Hampshire College says it will announce what is expected to be just the first round of staff layoffs in coming days, Dusty Christensen reports at the Daily Hampshire Gazette. The financially struggling Hampshire College has already said it will not admit a full class in September and has let it be known that it desperately needs a merger partner or other financial lifeline in order to survive.
Changing the script: Backers push to make film tax credit permanent
No more playing defense every year against those who want to eliminate the state’s film tax credit. Backers of the credit are going on the offensive, proposing that the tax break be made permanent and ending (or so they hope) the annual debate over the measure’s merits, reports the Globe’s Matt Stout.
Harvey Weinstein’s Harvard connection …
Speaking of Hollywood, Harvard students are not exactly bursting with pride that a Harvard faculty dean and law school teacher is part of a legal “dream team” defending movie mogul Harvey Weinstein against charges of serial sexual misconduct, reports the Globe’s Stephanie Ebbert. The students are demanding that Ronald Sullivan be immediately removed from his post as Winthrop House faculty dean.
Gloucester adds to chorus of communities calling for nip-bottle deposit — with a twist
Three makes a trend, right? The Gloucester City Council is poised to join two other North-of-Boston communities in calling for the legislature to expand the state’s bottle deposit bill to include single-service liquor bottles. But as Ray Lamont reports at the Gloucester Daily Times, unlike Salem and Woburn, which targeted only nip bottles, the Gloucester resolution will also include a demand that plastic water bottles be slapped with deposits.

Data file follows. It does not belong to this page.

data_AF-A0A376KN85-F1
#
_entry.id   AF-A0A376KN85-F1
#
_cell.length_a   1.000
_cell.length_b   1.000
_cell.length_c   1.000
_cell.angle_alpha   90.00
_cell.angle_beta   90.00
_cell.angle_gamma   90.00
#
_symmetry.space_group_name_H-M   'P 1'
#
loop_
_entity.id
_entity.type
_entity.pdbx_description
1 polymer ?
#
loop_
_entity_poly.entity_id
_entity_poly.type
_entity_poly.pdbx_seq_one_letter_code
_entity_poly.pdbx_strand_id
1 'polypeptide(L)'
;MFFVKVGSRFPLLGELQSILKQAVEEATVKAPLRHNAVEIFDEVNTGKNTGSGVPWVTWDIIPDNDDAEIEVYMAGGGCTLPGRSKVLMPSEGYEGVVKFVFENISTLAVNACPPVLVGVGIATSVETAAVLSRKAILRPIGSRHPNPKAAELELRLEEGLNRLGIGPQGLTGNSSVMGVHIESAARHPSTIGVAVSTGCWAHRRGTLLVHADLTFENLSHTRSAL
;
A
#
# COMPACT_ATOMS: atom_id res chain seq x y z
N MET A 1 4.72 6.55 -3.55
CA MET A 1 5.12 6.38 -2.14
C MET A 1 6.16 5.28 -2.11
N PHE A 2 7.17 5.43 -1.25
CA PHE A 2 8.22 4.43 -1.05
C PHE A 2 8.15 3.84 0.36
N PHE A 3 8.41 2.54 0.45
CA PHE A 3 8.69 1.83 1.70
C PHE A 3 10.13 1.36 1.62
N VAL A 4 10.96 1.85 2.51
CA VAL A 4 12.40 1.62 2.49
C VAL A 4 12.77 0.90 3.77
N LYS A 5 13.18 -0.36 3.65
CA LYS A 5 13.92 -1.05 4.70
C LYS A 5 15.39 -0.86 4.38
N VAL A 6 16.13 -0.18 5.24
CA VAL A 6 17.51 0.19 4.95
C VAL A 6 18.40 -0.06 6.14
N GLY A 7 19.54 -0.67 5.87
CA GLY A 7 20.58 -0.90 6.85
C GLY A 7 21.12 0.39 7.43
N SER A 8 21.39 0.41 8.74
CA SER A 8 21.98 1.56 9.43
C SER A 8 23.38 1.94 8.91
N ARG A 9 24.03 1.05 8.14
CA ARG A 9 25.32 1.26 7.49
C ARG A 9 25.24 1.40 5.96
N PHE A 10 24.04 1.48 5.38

Lelling is still ‘100 percent’ in favor of appealing City Hall case, even though he sounds less than 100-percent enthusiastic
The Globe’s Scot Lehigh has a column on U.S. Attorney Andrew Lelling’s continued pursuit of the extortion case against two top Walsh administration officials, even though a federal judge has dismissed the charges. While saying he’s “behind that case 100 percent,” Lelling acknowledges there’s two sides to a coin in every argument and, well, we sort of get the impression this case is now about saving prosecutorial face. You decide.
They braved the weather when others didn’t …
These people deserve recognition for just showing up. SHNS’s Colin Young reports on the surprising number of people who attended a State House event yesterday to push for more funding for the Head Start program – despite yesterday’s storm and despite the fact that many other State House events were cancelled. House Speaker Pro Tempore Patricia Haddad rightly heaped praise on attendees for caring so much.
… and they didn’t brave the weather when others did